PSI CYG (Psi Cygni). Toward Cygnus's western border with Draco, a bit over 10 degrees northwest of Deneb, lies (from Smythe rev. Chambers 1881) "A fine double star...A 5 1/2, bright white; B 8 lilac," the combined magnitude now settled at magnitude 4.92 (mid-fifth). The fainter of a close pair always seems to receive the nicer color, which we now know is just a proximity effect. In reality the stars are both white (but still a "pretty object"). First measured by William Herschel at a separation of 4.0 seconds of arc, the duo consists of a barely eighth magnitude (7.52) star going around a mid-fifth (4.96) magnitude class A (A4) dwarf. But that's not all! Closer interferometric scrutiny reveals Psi Cygni A (the brighter of the pair) to be broken into another double, rendering the star a nifty triple. Psi Cyg Aa, at magnitude 5.6, is coupled with Psi Ab (magnitude 6.1), the two just a tenth of a second of arc apart. From its brightness, Ab is probably an A7 dwarf, whilst the class of Psi B is listed all over the place, from A7 to F4; as a compromise, we'll adopt F0 (dwarf). Over the past two-plus centuries, the separation between Psi A and B has closed to 2.8 seconds of arc, which is not enough coverage for an orbit to be constructed. The inner pair, however, go around each other much faster. An orbit fitted to the positional data gives a period of 54.1 years and, at a distance from us of 281 light years (give or take 9), an average separation of 12.2 Astronomical Units. But something is amiss. At nearly 10 AU it takes Saturn some 30 years to orbit the Sun. The far more massive stars should take much less than 30 years to orbit, not more. Application of Kepler's laws to the orbital parameters yields a combined stellar mass for Aa and Ab of 0.6 solar masses, which is patently way out of line for class A or F stars. Given the small portion of the orbit observed, however, such a result is not at all surprising. A longer baseline, ideally the observation of a complete circuit, will settle the matter. So what do we have here? Aa is given a temperature of 8050 Kelvin, low for an A4 star, while from their classes we estimate 7800 for Ab and 7400 for Psi B. With little infrared or ultraviolet to deal with, the luminosities come in at 33 Suns for Psi Aa, 21 for Ab, and just six for Psi B, while radii are calculated to be 3.0, 2.5, and 1.5 times solar. Theory then gives respective masses of 2.2, 2.0, and 1.5 Suns. With the inner pair summing to 4.2 Suns, a period of 21 years, rather than 54, would be more like it. We'll just have to wait and see. A high projected equatorial rotation velocity of 256 kilometers per second applied to Aa gives a rotation period of under 0.6 days, but it's hard to know how contamination from Ab factors into it. At a separation from Psi A of at least 650 AU, B must take at least 700 years to orbit. From B, the inner pair might look like brilliant points of light separated by perhaps a degree, each radiating the light of a couple dozen full Moons. And yet more: fourteenth magnitude Psi C is 24 seconds away, eleventh magnitude Psi D nearly three minutes distant. These, however, are moving too fast to relative to Psi A to belong to the system, and alas are mere line of sight coincidences. We'll have to stick with a trio. (Thanks to Bill Hartkopf for instructive commentary.)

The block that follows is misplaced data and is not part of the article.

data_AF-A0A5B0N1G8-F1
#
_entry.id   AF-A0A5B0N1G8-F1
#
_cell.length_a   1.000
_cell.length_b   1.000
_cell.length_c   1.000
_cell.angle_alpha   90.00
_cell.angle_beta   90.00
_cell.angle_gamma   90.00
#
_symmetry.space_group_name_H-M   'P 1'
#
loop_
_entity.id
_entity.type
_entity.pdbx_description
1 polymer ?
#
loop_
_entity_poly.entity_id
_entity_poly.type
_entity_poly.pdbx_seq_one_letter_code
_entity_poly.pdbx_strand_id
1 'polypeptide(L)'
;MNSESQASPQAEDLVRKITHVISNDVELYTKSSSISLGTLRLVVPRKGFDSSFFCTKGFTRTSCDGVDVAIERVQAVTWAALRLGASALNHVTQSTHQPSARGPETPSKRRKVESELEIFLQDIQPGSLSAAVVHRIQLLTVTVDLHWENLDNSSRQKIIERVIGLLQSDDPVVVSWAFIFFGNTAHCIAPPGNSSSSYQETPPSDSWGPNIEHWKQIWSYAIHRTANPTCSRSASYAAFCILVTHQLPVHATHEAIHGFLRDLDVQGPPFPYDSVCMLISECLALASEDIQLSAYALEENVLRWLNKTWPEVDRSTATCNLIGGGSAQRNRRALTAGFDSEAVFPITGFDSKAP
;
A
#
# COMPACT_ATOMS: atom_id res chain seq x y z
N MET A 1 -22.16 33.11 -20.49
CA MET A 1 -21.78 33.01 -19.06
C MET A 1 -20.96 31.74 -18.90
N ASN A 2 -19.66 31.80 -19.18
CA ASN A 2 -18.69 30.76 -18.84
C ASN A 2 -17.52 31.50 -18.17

Written byJim Kaler 8/28/15. Return to STARS.